Haynes Tech Tips - Brake Shoes
Since most vehicles with drum brakes have them on the rear wheels only, the brake lining material wears at a slower rate than do the linings on the front brakes. They will eventually wear out, though, and it's important to periodically check them (every 15,000 miles) so they can be replaced before expensive damage is done.
The major components of a drum brake assembly are the brake drum, the brake shoes, the backing plate, the wheel cylinder(s), and all the hardware necessary to mount and connect the components (see illustration).
Rear drum brake assemblies also have self-adjusting mechanisms to keep the shoes within a predetermined distance from the drum, even as the lining material wears down.
There are two main designs of drum brake: duo-servo and leading/trailing. They are fairly similar in terms of hardware, although the duo-servo brake tends to have a few more components. The following shoe replacement procedure depicts a typical leading/trailing drum brake.
The dust created by the brake system is harmful to your health. Never blow it out with compressed air and don’t inhale any of it. An approved filtering mask should be worn when working on the brakes. Do not, under any circumstances, use petroleum-based solvents to clean brake parts. Use brake system cleaner only!
- Brake System Cleaner
- Brake Shoes
- Hardware Kit
- High-Temperature Brake Grease
- Jack and Jackstands
- Lug Wrench
- Filtering Mask
- Safety Glasses or Goggles
- Screwdriver or Brake Adjusting Tool
- Brake Spring Tool (optional) or Locking Pliers
- Brake Hold-Down Tool (optional) or Pliers
- Before beginning the job, purchase a service manual for your vehicle. It contains essential information for getting the job done safely and correctly the first time.
- Park the vehicle on a level surface, then place blocks in front of the front wheels. Loosen the rear wheel lug nuts, then raise the rear of the vehicle and support it securely on jackstands. Remove the wheels.
- Release the parking brake and remove the brake drum.
- Look for a retaining screw or screws; if any are present, remove them. Slide the drum off the hub or axle flange. If it sticks, apply penetrating oil to the area around the wheel studs and the center of the drum where it meets the flange, then let it soak in awhile and try again
- If the drum is still stuck, look for threaded holes in the face of the drum. If any are present, thread bolts of the proper size and thread pitch into the holes and tighten them a little at a time, alternating so as to push the drum off evenly. If no such holes are present, you might have to use a little force; try rapping on the face of the drum in the area of the flange to break the rust bond.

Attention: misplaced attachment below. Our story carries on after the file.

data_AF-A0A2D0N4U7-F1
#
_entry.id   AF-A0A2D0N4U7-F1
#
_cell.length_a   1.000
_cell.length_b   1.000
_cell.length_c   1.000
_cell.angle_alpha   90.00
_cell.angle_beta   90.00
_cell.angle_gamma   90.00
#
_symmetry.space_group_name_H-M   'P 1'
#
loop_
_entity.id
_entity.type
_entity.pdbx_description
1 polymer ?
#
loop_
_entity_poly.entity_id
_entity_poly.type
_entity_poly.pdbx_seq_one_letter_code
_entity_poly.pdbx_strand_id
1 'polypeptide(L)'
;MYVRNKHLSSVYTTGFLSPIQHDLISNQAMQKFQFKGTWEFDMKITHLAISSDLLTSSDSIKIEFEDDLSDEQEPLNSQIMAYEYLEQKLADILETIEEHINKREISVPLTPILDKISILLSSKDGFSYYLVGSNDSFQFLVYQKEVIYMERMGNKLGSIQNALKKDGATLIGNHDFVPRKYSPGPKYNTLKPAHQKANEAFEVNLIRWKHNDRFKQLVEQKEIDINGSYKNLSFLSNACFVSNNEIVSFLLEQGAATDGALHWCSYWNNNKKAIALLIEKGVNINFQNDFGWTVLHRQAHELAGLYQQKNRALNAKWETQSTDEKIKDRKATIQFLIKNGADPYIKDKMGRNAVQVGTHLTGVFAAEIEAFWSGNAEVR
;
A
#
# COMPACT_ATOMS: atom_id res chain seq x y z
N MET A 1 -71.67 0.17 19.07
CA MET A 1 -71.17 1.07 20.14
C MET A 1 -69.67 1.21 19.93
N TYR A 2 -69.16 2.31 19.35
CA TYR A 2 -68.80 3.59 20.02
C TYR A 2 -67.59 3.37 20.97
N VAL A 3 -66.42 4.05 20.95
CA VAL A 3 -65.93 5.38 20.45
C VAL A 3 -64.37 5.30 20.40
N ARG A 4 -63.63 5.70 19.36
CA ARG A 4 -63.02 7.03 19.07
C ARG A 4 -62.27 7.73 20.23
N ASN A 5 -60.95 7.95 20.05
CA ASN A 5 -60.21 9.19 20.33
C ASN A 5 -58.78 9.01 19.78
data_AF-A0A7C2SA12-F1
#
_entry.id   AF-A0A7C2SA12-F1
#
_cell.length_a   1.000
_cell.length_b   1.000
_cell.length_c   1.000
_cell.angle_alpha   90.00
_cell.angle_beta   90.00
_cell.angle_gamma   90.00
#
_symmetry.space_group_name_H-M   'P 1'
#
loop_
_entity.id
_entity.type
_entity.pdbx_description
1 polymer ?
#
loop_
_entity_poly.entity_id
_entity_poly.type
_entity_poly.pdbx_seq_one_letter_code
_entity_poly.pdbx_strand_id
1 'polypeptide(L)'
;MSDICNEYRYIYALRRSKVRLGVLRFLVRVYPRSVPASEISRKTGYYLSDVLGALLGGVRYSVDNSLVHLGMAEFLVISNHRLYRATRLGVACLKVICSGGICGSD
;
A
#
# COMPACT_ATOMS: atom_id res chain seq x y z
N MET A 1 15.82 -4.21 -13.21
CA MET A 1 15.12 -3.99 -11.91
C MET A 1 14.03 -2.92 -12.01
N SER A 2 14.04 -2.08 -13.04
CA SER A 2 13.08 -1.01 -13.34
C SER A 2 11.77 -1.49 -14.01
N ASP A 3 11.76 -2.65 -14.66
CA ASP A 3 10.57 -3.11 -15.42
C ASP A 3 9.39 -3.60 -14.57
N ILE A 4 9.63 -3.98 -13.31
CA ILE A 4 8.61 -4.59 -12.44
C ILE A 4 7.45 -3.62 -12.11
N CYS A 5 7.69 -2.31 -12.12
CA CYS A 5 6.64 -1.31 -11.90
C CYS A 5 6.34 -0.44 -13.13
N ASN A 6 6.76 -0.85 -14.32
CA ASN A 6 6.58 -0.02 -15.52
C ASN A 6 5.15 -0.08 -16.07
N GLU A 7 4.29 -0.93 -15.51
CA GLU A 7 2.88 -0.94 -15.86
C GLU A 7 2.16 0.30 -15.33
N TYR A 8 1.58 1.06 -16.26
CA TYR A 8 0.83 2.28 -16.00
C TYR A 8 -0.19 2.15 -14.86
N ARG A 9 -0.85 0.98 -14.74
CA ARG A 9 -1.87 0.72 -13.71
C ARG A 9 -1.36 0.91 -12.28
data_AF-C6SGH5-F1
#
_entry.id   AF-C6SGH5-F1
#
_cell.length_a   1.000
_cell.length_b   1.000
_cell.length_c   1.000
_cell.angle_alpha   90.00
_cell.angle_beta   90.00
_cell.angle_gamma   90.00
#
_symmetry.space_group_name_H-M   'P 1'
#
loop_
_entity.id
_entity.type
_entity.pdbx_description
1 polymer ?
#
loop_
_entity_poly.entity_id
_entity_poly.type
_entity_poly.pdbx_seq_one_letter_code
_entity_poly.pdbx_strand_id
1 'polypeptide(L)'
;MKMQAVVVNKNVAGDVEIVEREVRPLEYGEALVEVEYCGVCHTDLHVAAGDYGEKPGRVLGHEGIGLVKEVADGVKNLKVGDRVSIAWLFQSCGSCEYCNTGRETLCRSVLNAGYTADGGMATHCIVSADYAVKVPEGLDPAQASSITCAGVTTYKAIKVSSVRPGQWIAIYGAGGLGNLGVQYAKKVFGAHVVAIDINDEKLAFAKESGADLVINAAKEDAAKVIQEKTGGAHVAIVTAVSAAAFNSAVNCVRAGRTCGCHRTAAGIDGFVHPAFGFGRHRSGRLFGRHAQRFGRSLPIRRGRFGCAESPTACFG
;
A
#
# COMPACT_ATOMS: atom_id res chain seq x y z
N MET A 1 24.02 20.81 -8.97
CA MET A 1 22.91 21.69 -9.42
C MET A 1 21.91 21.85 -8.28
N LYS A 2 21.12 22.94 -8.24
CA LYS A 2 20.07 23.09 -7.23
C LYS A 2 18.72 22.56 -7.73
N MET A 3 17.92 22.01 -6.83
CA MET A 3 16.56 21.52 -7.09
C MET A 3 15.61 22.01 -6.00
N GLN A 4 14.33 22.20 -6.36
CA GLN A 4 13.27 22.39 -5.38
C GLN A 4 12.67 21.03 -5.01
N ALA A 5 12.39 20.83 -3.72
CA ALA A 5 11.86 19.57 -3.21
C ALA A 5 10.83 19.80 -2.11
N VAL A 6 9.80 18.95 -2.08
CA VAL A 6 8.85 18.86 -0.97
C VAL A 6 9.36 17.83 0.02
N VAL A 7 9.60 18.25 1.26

- If you can pull the drum off the flange but can remove it more than just a little, you'll have to retract the brake shoes. Look for a rubber plug on the brake backing plate. If one is present, remove it and, using a screwdriver or brake adjusting tool, turn the star wheel on the adjuster to retract the shoes. Note: Some drum brakes use other types of adjusters; your manual will show you how to retract the shoes on your particular vehicle.
- When replacing brake shoes, it's a good idea to have the drums resurfaced. Resurfacing the drums will get rid of imperfections in the friction surface of the drum, as well as out-of-round and taper conditions. Most auto parts stores can provide this service.
- The following photo sequence illustrates a typical leading/trailing drum brake shoe replacement procedure, but be sure to follow the procedure in your repair manual, as it will be specific to your vehicle.
Before removing anything, wash the brake assembly with brake system cleaner and allow it to drip dry into a pan - DO NOT USE COMPRESSED AIR TO BLOW BRAKE DUST FROM PARTS!
- Unhook the lower spring and remove it.
The upper spring can now be removed from the adjuster lever - note how it engages.
Remove the adjuster lever.
Remove the star-wheel assembly.
Depress the leading shoe retainer and turn it to remove it.
Remove the leading brake shoe.
Remove the trailing shoe retainer and allow the shoe to come free.
Pry open the clip to disconnect the parking brake lever from the trailing shoe.
Lubricate the backing plate contact points with high-temperature grease after thoroughly cleaning it.
Crimp the clip to attach the new trailing shoe to the parking brake lever.
Install the pin through the backing plate and the trailing shoe.
Install the spring and the retainer to the pin.
Use the special tool to compress the spring and engage the retainer.
Perform the same procedure on the leading brake shoe.
Clean the star-wheel adjuster and lubricate it lightly.
Install the star-wheel assembly with the star to the front.
Install the adjuster lever.
Install the upper spring, hooking it into the adjuster.
Install the lower spring.
Adjust the star-wheel to give a very light drag when the brake drum is turned, then back it off so the shoes don't rub. After reassembly is complete, be sure to test the brakes before driving the vehicle in traffic.